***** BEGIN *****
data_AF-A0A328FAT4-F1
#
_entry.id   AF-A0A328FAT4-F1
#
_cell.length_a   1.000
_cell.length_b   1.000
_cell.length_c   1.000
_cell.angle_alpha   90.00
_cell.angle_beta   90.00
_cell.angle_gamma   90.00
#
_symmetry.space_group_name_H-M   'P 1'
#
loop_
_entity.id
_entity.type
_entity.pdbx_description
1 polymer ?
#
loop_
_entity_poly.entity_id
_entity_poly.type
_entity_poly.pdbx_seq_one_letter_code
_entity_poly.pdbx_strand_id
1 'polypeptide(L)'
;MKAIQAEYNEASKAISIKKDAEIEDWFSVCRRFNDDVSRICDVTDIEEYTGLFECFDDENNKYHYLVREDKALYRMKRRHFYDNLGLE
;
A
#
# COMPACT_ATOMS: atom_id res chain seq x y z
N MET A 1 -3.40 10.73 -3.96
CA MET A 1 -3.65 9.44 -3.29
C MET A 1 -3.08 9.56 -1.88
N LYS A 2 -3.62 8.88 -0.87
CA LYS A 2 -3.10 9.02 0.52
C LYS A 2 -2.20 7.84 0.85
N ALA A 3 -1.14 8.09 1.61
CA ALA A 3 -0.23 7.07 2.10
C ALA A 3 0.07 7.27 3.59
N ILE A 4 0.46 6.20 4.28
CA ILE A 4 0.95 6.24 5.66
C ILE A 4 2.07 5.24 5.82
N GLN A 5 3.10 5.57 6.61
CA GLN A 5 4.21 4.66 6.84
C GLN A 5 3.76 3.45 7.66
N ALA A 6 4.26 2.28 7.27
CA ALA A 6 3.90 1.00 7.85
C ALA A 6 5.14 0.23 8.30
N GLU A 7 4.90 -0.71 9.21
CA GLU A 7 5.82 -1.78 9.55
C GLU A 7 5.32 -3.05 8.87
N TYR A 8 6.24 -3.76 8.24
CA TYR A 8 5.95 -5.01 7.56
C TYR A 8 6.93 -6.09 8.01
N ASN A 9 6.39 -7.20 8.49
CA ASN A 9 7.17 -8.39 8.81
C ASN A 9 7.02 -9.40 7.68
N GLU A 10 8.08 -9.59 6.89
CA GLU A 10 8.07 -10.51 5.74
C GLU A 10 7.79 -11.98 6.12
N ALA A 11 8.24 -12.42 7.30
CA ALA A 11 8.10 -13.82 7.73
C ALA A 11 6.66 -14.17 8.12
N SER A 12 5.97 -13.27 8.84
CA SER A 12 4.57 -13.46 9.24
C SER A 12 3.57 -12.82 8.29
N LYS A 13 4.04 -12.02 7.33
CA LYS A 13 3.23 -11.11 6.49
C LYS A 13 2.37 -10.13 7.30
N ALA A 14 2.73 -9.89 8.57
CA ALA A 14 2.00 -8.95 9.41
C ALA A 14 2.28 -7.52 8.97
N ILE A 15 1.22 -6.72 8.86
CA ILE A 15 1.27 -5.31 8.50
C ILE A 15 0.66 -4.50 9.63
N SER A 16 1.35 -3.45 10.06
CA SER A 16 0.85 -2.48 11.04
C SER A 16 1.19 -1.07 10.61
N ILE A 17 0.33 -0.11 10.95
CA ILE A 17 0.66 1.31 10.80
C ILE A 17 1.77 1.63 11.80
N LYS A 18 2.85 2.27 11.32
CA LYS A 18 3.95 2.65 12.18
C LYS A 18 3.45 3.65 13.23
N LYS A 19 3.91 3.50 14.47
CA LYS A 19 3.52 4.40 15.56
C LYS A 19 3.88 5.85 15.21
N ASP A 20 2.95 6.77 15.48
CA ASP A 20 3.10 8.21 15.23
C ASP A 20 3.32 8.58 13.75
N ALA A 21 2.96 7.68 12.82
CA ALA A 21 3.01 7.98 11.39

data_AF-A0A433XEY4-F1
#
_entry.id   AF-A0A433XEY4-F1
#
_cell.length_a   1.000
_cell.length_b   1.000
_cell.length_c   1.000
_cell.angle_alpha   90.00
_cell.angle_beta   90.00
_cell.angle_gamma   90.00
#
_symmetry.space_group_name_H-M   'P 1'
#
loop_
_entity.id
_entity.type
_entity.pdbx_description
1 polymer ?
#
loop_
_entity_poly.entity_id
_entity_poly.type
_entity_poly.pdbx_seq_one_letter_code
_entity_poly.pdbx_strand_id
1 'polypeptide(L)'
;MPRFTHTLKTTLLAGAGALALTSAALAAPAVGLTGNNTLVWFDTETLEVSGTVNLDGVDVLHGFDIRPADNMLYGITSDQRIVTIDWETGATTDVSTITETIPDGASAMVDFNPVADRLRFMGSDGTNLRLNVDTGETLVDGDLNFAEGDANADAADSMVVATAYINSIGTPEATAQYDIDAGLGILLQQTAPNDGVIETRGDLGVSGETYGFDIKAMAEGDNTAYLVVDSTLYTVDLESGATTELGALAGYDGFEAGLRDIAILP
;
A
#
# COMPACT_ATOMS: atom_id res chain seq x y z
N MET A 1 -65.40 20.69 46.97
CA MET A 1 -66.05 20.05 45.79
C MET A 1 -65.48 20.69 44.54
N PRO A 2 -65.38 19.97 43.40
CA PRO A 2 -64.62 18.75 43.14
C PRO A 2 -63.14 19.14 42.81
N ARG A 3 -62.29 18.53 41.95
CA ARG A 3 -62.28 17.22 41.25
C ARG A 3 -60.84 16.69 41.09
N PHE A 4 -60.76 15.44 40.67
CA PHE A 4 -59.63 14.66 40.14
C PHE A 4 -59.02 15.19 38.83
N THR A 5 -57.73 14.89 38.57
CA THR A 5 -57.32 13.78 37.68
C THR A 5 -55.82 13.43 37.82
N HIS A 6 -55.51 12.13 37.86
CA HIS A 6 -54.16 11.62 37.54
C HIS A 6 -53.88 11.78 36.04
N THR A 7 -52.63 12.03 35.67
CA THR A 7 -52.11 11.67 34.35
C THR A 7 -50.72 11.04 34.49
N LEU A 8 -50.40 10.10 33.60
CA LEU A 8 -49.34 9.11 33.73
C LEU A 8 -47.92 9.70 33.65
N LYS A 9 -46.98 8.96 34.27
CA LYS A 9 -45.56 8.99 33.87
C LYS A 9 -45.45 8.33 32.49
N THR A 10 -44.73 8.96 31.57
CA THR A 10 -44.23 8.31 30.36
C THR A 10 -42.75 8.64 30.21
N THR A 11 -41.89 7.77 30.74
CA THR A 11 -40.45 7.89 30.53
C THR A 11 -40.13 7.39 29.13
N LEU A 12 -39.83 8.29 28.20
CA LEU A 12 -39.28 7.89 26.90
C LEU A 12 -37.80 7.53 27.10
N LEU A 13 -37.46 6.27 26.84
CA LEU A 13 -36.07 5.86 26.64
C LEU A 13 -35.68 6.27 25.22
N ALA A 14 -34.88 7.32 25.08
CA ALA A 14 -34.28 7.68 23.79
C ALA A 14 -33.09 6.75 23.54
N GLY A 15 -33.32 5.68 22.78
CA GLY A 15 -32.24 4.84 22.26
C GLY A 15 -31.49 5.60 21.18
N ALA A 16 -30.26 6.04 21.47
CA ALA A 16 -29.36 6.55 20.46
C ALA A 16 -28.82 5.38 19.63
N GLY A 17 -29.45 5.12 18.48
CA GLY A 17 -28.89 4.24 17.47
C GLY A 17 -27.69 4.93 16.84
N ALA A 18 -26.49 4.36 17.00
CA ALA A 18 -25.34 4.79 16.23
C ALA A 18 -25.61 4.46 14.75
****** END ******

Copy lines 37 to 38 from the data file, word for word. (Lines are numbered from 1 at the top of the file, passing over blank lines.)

N ALA A 3 -1.14 8.09 1.61
CA ALA A 3 -0.23 7.07 2.10